Re-Reading Sacrosanctum Concilium: Article 18

Having considered the liturgical formation of seminarians and their equivalents in articles 15-17, the Constitution now turns to the on-going liturgical formation of priests.

Vatican Website Translation:

18. Priests, both secular and religious, who are already working in the Lord’s vineyard are to be helped by every suitable means to understand ever more fully what it is that they are doing when they perform sacred rites; they are to be aided to live the liturgical life and to share it with the faithful entrusted to their care.

Latin text:

18. Sacerdotes, sive saeculares sive religiosi, in vinea Domini iam operantes, omnibus mediis opportunis iuventur ut plenius semper quae in functionibus sacris agunt intellegant, vitam liturgicam vivant, eamque cum fidelibus sibi commissis communicent.

Slavishly literal translation:

18. Priests, whether secular or religious, already working in the vineyard of the Lord, are to be assisted by all opportune means so that they might always more fully understand the things that they do in sacred functions, live the liturgical life, and live it in communion with the faithful entrusted to them.

The Council Fathers note that liturgical formation for priests should not be limited to their seminary years, but should be an element of their on-going “professional” education. One assumes that “sacerdotes” here means both presbyters (priests of second rank) and bishops. I suggest that, had the restoration of the permanent diaconate been operative at the time Sacrosanctum Concilium was written, on-going professional liturgical formation for deacons would also have been recommended in this article.

Readers of Pray Tell might want to address: 1) How have the Council Fathers’ intentions for on-going liturgical formation for the clergy been carried out in practice over the last fifty years? 2) What concrete “means” have been or could be developed that would successfully achieve the goals of this on-going formation in the present? 3) To what extent should this on-going professional liturgical education be expected of other servant-leaders of community worship?


  1. Father
    I am tempted to repeat my post on article 16. The Latin Mass Society offers training in the EF. It would be good to have similar training in the OF and related or integrated training for servers, deacons, choir masters and others. If bishops endorsed particular courses their clergy would know better what the bishop had in mind as the range of approved and permitted ways of offering Mass.
    Many clergy would say that they are too busy to go on such courses. If the importance of Mass is as discussed in other postings, then it should be time well spent.

  2. It’s not only clergy, of course. Run a session for lectors or ministers of Communion, and you can more or less guarantee that the folk who actually need the refresher are the ones who won’t show up.

    In-service and refresher courses are mandatory in the fields of education, civil servants, etc, and yet as a Church we remain largely unprofessional about what our liturgical ministers do, whether ordained or lay.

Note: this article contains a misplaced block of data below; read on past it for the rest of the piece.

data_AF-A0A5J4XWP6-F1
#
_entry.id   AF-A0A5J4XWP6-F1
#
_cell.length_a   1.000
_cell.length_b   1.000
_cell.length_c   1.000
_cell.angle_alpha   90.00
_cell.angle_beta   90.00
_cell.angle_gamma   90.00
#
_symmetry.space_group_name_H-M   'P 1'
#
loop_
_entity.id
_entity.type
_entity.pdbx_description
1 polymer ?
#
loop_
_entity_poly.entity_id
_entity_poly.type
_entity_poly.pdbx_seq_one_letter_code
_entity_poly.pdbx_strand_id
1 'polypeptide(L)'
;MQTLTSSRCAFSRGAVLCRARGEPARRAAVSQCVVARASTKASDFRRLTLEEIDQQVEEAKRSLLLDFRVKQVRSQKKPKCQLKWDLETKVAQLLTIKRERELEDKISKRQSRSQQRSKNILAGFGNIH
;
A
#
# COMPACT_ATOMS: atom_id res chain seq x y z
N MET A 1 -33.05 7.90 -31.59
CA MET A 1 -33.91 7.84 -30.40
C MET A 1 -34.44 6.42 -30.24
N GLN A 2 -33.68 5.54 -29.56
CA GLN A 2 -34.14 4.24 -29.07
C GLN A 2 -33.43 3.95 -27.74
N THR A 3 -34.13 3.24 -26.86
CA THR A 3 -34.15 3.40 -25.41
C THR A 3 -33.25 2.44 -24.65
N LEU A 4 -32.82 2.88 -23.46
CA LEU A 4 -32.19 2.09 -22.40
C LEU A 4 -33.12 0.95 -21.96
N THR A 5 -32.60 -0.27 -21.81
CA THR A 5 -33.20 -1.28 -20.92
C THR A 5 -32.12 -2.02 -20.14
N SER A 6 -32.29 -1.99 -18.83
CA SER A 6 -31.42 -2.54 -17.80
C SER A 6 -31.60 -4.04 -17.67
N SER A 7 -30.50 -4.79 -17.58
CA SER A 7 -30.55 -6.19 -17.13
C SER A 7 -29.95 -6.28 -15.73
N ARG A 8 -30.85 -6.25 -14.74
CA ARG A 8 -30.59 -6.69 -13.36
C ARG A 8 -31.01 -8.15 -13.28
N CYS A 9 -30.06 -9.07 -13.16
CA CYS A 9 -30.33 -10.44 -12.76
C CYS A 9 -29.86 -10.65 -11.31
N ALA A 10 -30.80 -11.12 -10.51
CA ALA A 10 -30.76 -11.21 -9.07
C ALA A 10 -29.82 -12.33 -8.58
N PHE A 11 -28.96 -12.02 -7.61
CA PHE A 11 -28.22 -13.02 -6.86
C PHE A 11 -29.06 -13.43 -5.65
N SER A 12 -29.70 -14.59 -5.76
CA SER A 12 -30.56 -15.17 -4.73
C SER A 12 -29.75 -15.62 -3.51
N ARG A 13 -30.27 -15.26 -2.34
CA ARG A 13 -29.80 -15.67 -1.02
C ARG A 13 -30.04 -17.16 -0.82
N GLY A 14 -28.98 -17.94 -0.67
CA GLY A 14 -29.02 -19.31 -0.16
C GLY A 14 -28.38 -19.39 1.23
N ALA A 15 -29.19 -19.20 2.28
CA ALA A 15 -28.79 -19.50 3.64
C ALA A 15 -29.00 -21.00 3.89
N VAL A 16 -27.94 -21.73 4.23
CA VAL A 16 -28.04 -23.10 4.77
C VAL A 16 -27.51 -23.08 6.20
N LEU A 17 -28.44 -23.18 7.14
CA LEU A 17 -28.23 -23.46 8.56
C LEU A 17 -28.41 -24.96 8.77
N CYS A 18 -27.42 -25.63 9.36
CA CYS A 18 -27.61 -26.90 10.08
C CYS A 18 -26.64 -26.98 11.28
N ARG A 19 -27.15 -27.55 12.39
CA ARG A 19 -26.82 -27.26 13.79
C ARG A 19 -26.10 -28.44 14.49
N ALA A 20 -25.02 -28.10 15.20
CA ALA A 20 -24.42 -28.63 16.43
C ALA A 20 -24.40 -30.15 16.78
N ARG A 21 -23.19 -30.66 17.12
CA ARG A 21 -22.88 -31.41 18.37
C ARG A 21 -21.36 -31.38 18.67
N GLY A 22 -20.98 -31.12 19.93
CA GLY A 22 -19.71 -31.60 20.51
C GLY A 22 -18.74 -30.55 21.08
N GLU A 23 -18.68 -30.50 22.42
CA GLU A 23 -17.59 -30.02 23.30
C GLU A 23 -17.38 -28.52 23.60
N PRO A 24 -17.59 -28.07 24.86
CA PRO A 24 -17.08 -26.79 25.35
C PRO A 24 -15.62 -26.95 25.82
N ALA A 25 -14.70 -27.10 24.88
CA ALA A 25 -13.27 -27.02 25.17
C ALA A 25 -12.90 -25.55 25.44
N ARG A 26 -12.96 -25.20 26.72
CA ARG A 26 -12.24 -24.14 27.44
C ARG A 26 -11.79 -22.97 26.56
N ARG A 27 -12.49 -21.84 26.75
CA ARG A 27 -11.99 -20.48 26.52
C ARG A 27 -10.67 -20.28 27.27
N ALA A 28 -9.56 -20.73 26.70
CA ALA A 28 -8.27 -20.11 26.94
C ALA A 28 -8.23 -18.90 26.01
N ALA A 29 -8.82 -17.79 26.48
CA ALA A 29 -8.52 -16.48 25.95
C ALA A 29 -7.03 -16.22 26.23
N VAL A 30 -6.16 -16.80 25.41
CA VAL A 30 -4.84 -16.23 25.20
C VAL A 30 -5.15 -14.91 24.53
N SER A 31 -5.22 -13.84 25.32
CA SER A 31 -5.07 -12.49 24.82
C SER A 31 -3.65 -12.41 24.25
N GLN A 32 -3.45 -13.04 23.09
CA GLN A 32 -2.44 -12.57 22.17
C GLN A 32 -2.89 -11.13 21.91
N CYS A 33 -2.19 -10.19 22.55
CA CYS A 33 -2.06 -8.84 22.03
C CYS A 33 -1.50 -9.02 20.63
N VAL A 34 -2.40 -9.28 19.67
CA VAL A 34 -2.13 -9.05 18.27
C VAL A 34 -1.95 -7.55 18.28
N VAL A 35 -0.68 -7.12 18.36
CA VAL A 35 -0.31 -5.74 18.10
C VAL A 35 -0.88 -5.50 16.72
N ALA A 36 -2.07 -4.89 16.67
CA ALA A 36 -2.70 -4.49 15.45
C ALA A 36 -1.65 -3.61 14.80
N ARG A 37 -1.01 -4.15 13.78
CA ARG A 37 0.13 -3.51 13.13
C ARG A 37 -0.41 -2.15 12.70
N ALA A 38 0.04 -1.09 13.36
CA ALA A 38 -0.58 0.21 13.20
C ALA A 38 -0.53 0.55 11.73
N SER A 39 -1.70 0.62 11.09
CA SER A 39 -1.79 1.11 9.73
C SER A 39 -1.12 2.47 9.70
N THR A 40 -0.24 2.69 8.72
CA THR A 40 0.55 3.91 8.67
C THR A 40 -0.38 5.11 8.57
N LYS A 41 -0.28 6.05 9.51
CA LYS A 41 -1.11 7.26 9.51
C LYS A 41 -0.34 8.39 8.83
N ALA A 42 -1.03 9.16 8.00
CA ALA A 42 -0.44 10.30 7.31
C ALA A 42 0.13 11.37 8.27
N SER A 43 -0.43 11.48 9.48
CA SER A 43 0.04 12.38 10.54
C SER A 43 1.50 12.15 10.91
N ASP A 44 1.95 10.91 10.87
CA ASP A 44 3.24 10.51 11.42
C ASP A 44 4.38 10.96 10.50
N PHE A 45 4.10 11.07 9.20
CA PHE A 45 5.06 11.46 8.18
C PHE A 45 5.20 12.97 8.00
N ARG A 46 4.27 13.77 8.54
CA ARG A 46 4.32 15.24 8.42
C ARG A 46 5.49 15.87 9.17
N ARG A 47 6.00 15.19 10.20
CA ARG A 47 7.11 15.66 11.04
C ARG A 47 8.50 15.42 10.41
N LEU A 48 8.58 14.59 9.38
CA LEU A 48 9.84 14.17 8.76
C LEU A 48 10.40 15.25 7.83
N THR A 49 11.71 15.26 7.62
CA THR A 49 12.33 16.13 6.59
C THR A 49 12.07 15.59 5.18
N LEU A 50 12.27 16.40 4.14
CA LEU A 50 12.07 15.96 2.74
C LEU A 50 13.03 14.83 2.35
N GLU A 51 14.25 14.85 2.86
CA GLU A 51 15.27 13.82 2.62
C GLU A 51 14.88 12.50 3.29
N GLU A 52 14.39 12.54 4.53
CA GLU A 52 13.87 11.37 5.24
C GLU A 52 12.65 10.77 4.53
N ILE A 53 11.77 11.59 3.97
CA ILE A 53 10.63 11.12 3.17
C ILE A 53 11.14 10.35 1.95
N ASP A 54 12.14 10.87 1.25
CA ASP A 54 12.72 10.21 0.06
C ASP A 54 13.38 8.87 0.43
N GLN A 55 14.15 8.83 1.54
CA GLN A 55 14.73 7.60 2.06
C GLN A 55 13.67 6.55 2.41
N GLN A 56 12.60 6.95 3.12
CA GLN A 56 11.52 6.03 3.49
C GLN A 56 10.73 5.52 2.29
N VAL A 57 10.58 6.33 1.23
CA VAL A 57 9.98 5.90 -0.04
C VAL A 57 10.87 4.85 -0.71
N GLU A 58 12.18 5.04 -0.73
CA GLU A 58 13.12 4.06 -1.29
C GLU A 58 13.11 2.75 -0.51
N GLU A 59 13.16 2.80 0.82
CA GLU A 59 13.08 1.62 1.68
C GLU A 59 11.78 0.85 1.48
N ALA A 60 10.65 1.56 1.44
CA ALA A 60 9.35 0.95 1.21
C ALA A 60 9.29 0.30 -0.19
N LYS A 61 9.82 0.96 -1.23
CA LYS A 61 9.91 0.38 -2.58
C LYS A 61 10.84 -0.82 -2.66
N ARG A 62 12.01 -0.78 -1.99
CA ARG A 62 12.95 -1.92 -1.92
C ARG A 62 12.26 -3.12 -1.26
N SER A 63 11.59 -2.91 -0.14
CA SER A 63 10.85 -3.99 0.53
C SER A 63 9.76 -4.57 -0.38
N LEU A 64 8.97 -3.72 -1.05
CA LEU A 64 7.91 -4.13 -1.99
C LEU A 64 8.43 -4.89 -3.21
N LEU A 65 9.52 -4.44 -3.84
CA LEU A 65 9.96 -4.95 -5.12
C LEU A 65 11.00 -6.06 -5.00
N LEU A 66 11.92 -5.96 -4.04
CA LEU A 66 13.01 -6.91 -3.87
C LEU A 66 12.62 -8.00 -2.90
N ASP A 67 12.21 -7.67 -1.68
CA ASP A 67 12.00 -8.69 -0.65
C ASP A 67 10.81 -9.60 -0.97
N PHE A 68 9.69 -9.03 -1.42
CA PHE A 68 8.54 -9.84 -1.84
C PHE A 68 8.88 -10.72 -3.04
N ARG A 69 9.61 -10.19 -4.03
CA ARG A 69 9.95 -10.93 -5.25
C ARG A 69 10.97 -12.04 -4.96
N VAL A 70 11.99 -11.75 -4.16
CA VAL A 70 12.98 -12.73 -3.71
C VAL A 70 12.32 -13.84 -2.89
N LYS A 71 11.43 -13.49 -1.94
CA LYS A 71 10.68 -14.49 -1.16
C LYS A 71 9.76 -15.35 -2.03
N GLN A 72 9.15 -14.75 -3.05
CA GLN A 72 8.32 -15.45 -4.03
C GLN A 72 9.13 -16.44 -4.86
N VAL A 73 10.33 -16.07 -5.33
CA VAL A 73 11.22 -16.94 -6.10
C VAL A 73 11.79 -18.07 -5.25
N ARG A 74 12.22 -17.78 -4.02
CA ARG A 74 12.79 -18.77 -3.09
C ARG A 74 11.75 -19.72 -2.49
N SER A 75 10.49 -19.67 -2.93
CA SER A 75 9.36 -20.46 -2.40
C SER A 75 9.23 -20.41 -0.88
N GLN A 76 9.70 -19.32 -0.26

1. @Paul Inwood – comment #2:
      Paul, do realize you have proved that there is a undeniable proof of “Roman Catholic” DNA that you all can dispute the origin and who was Typhoon Mary for ubiquitous catholic apathy. Well done, sir.

    2. @Paul Inwood – comment #2:
      I amazed that you have enough installed lectors as to support this kind of training. If you mean “readers” at mass instead of installed lectors when you write “lectors” in comment # 2 then the course should begin by explaining to participants that they are not really lectors.

      1. @Daniel McKernan – comment #6:

        I assume you mean “instituted” lectors. Yes, I used the term “lectors” rather than “readers”, which is what the Brits call them, in deference to the standard US terminology employed by most of the readers of this blog. The only instituted readers (as the Brits call them) and instituted acolytes normally found in British parishes are seminarians on their way to priestly ordination. All readers that I work with are therefore real ones, not instituted ones (if you see what I mean!)

  3. Mr. Culbreth, could you explain your comment at #3? I normally can follow the thread of conversation but in this case I confess myself baffled.

  4. Personally, I’d like to see the ministry of lector and acolyte to be an officially installed ministry for qualified men and women of the parish, where there is a diocesan “seminary” program, maybe a two year course, designed for each, not just how to proclaim, but also based upon based Church teaching in Scripture and Tradition. As for acolytes, they would not just be Communion distributing pedestals, but also responsible for ministry to the sick and home bound and required to do that service in addition to assisting at Mass. They would be trained in pastoral theology as well. This would end the indiscriminate, let anyone do these ministries, approach that we’ve had since lectors and communion ministers were allowed.
    They would be installed by the bishop and required to have yearly diocesan workshops. I’d hope for the re-institution of sub-deacon also.

    1. @Fr. Allan J. McDonald – comment #5: